Xavier Barral | This Is Mars
Extracted from tens of thousands of NASA observation probe images, Xavier Barral’s This Is Mars presents an unprecedented vision of the red planet. Equipped with a HiRISE camera, the NASA probe has circled Mars, capturing its alien landscape - Olympus, Arcadia Planitia, Elysium Mons, Planum Boreum, Noachis Terra - its topography is defined by the realms of ancient gods and anatomical terms.
The result of more than three billion years of geological developments, Barral offers a series that elevates the landscape of Mars to the heights of the historical myth - each curve and contour becomes the fingerprint or footstep of an ancient deity, the result of a long forgotten climactic battle. In so doing, Barral extends the outlandish elements of Mars whilst placing it, decisively, in the human past. So, This Is Mars creates a link between the two planets, despite the sheer volume of differences. Xavier Barral fuels the imagination of the viewer, forcing them to consider and imagine the connections between our world and the Martian. It is a romantic and otherworldly environment, increasingly viewed in terms of humanity and its eventual colonisation.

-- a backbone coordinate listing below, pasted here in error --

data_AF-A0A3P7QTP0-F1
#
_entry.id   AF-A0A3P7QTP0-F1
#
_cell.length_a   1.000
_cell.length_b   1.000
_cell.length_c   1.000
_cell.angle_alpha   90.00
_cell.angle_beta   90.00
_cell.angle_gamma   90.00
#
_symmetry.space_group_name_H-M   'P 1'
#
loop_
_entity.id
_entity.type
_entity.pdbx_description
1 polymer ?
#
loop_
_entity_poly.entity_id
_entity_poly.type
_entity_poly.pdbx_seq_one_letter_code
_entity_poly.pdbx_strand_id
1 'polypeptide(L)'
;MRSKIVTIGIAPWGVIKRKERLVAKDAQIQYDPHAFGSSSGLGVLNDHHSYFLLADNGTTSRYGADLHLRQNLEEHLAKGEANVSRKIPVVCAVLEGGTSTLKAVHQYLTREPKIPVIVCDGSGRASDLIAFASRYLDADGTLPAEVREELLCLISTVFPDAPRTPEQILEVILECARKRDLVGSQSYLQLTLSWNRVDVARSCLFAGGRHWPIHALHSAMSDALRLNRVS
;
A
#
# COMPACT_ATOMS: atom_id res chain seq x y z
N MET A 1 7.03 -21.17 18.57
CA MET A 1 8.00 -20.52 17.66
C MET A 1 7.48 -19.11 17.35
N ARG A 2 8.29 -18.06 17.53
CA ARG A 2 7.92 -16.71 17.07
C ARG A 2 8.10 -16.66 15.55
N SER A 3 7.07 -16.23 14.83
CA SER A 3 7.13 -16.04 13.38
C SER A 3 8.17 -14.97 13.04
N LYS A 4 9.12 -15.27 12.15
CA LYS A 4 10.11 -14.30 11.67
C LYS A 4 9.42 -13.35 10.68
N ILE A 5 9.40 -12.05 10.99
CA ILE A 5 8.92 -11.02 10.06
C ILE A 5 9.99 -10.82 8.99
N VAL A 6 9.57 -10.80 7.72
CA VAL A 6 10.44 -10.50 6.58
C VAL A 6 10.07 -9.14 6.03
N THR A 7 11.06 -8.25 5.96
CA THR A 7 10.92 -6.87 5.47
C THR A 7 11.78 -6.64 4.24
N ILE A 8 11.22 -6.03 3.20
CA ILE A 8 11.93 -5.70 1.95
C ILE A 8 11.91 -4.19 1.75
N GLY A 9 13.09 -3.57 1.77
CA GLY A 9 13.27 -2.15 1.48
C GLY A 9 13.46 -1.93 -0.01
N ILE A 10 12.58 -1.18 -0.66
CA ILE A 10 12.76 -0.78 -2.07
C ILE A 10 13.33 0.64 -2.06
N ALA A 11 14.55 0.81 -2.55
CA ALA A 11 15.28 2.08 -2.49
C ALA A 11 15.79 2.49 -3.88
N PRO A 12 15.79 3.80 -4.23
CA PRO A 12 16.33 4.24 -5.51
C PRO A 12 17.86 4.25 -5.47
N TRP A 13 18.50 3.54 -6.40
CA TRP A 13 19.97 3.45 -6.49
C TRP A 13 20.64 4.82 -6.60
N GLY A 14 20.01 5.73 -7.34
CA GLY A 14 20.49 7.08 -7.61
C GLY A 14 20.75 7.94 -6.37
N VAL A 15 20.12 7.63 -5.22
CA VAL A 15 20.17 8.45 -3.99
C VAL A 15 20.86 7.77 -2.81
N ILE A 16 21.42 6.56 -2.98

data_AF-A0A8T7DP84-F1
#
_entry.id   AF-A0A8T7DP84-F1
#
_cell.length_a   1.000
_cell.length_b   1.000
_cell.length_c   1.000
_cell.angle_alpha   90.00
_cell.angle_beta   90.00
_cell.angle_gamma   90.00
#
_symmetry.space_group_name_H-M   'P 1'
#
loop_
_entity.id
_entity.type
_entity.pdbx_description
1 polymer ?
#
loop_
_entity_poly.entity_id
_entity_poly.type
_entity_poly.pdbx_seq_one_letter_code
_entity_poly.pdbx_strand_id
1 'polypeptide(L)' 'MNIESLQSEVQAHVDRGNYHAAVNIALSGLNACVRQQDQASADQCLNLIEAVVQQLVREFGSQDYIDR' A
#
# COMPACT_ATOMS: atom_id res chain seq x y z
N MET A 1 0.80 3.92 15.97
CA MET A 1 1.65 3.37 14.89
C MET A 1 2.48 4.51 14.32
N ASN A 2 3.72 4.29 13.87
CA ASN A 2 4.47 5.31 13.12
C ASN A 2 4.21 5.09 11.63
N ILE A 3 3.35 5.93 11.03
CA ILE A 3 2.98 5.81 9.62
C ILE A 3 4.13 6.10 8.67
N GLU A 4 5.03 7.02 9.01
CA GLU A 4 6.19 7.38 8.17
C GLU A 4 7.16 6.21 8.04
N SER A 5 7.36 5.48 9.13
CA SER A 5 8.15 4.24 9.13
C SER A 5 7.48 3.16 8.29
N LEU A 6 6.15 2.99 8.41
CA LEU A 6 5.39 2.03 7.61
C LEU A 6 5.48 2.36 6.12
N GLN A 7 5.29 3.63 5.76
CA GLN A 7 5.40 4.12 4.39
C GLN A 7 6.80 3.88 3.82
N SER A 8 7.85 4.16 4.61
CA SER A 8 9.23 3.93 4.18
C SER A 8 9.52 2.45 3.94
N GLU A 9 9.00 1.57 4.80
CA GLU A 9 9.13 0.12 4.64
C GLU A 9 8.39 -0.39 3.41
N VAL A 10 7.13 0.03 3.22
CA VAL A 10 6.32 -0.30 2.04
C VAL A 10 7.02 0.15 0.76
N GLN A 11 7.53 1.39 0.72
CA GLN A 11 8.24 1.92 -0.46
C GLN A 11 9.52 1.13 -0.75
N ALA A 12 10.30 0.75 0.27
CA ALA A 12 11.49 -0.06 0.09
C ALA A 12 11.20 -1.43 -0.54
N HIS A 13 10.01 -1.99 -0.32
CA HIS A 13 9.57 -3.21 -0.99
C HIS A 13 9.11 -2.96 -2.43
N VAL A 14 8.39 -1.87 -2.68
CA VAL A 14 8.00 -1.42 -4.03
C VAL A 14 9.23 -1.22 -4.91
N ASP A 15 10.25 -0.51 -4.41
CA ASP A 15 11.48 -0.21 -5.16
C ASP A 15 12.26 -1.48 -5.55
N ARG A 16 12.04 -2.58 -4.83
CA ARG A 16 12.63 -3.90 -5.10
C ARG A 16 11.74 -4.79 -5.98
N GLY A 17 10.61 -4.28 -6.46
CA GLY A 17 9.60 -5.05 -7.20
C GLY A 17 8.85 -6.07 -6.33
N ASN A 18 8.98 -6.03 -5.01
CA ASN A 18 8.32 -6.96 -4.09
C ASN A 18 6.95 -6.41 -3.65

The Primordial Landscape
The images chosen by Xavier Barral anchor the viewer to a physical place whilst unfolding into a fantastic image of geological genesis. Mars takes its viewers back to the origins of Earth - it becomes a second cradle of life. This Is Mars is a beautiful representation of just how far humanity has travelled in its pursuits of understanding and exploration. A humanity that continues to extend its reach beyond the planet of its birth to its nearest neighbour and looks beyond. Xavier Barral’s This Is Mars takes readers on a pilgrimage - over the black sand dunes of Noachis Terra to the highest peak of the Olympus Mons volcano to the icy carbonic wastelands of the Martian poles. It is a terrific journey through the origins and evolutions of one planet and the people of another.
Words | Rob Woodgate